allowed the water entering hull No. 1 to pass through hull No. 2. The surveyor concluded
that whatever the cause of the leakage of water into these hulls, the seaworthiness of the
vessel was de nitely in question because the breaches of the hulls and serious ooding of
the two cargo holds occurred simultaneously in seasonal weather. 7 6
CD Technologies Asia, Inc. 2018 cdasiaonline.com
We agree with the uniform nding of the lower courts that Aboitiz had failed to
prove that it observed the extraordinary diligence required of it as a common carrier. We
therefore reiterate our pronouncement in Aboitiz Corporation v. Court of Appeals 7 7 on the
issue of Aboitiz' liability in the sinking of its vessel, to wit:
"In accordance with Article 1732 of the Civil Code, the defendant common
carrier from the nature of its business and for reasons of public policy, is bound
to observe extraordinary diligence in the vigilance over the goods and for the
safety of the passengers transported by it according to all circumstances of the
case. While the goods are in the possession of the carrier, it is but fair that it
exercise extraordinary diligence in protecting them from loss or damage, and if
loss occurs, the law presumes that it was due to the carrier's fault or negligence;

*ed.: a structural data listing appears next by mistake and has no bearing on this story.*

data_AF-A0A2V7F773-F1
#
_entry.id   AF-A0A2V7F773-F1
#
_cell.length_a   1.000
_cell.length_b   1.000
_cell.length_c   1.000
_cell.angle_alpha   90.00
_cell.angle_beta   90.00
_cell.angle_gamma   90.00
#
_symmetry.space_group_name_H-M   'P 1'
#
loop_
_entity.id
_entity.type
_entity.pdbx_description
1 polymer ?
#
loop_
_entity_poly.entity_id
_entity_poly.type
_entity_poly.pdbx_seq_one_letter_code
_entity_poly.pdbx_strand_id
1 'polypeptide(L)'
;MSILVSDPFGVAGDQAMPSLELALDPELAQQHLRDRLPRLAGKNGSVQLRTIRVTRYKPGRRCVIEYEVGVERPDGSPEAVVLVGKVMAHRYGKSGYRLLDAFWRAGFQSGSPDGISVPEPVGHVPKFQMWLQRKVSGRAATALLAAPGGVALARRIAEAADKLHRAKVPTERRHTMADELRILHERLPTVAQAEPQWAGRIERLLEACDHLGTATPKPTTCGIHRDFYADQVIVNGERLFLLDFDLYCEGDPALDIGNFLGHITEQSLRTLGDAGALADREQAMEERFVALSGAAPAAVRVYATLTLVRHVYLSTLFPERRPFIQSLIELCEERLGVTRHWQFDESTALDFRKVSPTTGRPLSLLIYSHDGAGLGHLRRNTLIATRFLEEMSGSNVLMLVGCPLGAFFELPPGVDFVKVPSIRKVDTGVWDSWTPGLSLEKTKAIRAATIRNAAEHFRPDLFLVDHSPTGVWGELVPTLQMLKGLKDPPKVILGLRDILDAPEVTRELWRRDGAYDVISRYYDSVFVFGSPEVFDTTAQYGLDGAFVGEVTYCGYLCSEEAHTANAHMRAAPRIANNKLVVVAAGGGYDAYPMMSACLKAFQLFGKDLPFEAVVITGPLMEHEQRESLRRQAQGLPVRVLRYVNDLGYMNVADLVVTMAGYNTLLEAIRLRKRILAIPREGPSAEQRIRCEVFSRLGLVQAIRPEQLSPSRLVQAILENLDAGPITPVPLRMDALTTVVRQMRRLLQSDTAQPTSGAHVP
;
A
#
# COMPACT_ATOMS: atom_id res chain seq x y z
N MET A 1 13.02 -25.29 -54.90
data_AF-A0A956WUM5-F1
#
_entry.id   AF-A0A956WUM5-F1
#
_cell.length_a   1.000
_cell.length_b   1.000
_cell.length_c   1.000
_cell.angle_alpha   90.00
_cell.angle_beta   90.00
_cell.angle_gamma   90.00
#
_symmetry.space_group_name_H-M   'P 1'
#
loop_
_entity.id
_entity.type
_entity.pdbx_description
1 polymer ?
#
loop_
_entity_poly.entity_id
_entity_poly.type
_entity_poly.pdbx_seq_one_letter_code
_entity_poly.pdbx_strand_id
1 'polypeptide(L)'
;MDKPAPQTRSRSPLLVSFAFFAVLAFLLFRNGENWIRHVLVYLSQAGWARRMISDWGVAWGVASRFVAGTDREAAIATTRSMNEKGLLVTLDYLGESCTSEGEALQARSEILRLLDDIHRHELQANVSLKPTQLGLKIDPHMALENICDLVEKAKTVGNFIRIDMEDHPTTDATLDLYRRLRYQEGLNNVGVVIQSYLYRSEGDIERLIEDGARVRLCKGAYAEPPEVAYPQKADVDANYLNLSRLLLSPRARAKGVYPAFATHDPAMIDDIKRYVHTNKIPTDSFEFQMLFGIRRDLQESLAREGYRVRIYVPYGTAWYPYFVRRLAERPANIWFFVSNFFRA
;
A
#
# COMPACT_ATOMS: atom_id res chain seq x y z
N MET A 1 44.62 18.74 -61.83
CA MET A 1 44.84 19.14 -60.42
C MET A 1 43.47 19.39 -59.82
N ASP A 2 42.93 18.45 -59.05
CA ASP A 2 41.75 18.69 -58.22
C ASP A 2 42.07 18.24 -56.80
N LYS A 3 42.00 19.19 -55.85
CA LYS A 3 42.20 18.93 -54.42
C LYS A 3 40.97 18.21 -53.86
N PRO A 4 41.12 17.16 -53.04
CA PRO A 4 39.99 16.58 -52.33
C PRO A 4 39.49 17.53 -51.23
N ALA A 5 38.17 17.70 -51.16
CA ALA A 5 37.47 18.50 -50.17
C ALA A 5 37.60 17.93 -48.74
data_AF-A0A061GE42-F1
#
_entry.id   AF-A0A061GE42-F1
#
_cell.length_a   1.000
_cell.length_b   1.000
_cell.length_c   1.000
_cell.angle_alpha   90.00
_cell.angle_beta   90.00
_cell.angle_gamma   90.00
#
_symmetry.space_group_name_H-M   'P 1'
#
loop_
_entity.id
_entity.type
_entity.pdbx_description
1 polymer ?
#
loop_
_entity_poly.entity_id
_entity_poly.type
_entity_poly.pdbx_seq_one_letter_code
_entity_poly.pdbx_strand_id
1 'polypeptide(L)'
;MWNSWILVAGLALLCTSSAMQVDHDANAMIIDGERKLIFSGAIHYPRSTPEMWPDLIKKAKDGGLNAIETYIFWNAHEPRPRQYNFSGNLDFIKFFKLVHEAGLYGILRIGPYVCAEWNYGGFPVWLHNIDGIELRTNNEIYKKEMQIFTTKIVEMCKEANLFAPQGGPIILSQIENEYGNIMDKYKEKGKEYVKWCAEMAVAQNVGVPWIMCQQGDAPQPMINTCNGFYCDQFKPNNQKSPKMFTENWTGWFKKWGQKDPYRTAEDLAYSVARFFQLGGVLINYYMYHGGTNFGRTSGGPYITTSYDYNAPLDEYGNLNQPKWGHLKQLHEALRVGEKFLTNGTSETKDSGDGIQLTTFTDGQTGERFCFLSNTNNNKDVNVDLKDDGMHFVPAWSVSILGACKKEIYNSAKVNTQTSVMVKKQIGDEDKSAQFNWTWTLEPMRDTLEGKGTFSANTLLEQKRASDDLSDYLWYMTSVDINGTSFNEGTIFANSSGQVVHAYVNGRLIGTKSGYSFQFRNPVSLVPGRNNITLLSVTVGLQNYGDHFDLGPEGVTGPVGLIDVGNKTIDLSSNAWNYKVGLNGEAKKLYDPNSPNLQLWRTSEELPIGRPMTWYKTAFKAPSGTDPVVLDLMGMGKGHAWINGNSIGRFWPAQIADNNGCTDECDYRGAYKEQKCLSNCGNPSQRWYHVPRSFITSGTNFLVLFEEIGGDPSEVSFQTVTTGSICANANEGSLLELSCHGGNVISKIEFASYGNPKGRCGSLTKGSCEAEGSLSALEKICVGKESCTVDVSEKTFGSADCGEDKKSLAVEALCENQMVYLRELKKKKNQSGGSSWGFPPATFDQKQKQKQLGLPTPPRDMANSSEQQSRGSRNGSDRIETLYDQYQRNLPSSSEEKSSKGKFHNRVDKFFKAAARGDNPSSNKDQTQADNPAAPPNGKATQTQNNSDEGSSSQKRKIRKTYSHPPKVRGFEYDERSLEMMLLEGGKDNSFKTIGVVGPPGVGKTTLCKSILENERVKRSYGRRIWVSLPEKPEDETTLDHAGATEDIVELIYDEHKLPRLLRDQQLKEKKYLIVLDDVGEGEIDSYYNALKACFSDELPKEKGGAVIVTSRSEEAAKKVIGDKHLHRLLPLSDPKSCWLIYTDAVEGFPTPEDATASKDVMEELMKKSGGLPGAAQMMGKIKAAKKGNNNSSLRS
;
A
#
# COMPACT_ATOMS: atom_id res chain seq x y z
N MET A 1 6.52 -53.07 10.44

that is necessary to protect the interest of the shipper which is at the mercy of the
carrier . . . . In the case at bar, the defendant failed to prove that the loss of the
subject cargo was not due to its fault or negligence." 7 8

The failure of Aboitiz to present su cient evidence to exculpate itself from fault
and/or negligence in the sinking of its vessel in the face of the foregoing expert testimony
constrains us to hold that Aboitiz was concurrently at fault and/or negligent with the ship
captain and crew of the M/V P. Aboitiz. This is in accordance with the rule that in cases
involving the limited liability of shipowners, the initial burden of proof of negligence or
unseaworthiness rests on the claimants. However, once the vessel owner or any party
asserts the right to limit its liability, the burden of proof as to lack of privity or knowledge
on its part with respect to the matter of negligence or unseaworthiness is shifted to it. 7 9
This burden, Aboitiz had unfortunately failed to discharge. That Aboitiz failed to discharge
the burden of proving that the unseaworthiness of its vessel was not due to its fault and/or
negligence should not however mean that the limited liability rule will not be applied to the
present cases. The peculiar circumstances here demand that there should be no strict
adherence to procedural rules on evidence lest the just claims of shippers/insurers be
frustrated. The rule on limited liability should be applied in accordance with the latest
ruling in Aboitiz Shipping Corporation v. General Accident Fire and Life Assurance
Corporation, Ltd. , 8 0 promulgated on January 21, 1993, that claimants be treated as